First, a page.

Captain Richard Delancey heads for the East Indies on the 32-gun frigate Laura to take part in the capture of the Cape of Good Hope. His ingenious tactics gain the attention of his superiors, who recruit him for a high-stakes mission: to seek out and destroy the French privateer Subtile.
Richard Delancey is soon called into action once more, as Britain prepares for the threat of a new French assault. Disturbing rumors are circulating about Napoleon's new weapons of war: vessels driven by steam-engines, new explosive devices, and, most troubling of all, a French secret weapon named Nautilus, which can travel underwater and attach explosive devices below the waterline.
With his Royal Navy commission in hand, Richard Delancey is posted to Gibraltar to command the sloop Merlin for convoy protection in the Mediterranean. Overcoming problems with his crew, Delancey quickly proves his mettle during the siege of Valletta and during the battle at Cadiz.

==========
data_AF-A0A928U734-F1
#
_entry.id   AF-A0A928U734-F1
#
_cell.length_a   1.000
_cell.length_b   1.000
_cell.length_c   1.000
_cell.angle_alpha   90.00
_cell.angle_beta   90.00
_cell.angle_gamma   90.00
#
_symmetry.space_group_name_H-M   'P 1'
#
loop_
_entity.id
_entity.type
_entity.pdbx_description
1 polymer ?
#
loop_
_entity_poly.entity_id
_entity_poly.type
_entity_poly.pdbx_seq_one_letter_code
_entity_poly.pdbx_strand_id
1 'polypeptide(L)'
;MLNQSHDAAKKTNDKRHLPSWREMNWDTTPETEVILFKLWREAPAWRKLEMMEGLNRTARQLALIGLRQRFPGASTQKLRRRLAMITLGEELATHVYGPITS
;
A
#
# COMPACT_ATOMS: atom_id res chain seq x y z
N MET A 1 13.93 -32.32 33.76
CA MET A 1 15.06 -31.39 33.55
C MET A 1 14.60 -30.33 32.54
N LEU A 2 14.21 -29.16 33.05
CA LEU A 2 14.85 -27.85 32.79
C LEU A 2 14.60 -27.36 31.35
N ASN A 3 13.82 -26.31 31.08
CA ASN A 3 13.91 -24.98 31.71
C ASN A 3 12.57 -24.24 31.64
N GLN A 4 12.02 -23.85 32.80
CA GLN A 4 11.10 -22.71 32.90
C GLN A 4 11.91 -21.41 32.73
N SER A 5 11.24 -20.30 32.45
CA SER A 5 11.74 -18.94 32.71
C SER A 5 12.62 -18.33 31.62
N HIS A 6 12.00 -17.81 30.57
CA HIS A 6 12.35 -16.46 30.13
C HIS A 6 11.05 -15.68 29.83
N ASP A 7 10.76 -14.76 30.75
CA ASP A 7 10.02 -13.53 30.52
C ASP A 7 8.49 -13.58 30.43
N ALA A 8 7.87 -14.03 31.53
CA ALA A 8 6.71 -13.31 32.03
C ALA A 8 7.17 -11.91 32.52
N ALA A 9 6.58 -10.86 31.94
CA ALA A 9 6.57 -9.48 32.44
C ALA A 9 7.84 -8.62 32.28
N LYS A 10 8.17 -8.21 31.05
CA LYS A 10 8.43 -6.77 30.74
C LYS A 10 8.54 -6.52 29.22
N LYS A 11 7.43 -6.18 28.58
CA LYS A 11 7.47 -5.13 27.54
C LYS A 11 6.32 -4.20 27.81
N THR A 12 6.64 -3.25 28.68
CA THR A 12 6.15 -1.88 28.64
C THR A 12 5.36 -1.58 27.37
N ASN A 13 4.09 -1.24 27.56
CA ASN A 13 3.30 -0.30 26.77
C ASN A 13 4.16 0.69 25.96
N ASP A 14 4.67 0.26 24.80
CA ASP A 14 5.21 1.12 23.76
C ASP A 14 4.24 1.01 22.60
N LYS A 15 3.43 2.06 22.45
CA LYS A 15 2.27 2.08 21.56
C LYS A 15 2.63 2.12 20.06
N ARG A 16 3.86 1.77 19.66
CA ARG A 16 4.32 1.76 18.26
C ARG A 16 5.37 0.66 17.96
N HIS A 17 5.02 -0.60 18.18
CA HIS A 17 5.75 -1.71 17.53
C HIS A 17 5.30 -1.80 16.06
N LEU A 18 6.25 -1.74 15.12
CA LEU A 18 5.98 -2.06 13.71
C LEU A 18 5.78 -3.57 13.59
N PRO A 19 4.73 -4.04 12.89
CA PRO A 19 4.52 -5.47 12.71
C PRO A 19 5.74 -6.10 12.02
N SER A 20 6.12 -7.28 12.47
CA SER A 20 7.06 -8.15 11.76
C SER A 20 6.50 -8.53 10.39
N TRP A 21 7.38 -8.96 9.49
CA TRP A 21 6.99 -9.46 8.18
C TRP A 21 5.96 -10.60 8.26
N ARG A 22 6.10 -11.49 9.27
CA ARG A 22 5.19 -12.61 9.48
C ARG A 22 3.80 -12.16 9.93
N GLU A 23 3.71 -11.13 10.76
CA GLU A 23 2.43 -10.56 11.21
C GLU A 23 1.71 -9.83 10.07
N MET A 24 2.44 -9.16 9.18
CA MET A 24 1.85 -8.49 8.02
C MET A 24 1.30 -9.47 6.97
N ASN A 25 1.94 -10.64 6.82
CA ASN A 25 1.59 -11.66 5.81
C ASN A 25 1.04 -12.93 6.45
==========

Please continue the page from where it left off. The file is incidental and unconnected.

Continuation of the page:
Richard Delancey, inadvertently embroiled in Liverpool labor riots, sidesteps punishment by "volunteering" for the Navy. Ranked as a midshipman, he is no sooner aboard than his ship sails for the port of New York. But when the events of the American Revolution and the ongoing hostilities between England and France send him back across the sea, Delancey finds himself instrumental in defending the Isle of Jersey and, later, the Rock of Gibraltar.
Many know of Horatio Hornblower's exploits during the Napoleonic Wars through the novels of C.S. Forester, but how many know the true Hornblower-the man who rose from Midshipman to Admiral of the British Fleet? Using Hornblower family papers discovered in the 1970s, C. Northcote Parkinson has set the record straight in this authoritative biography.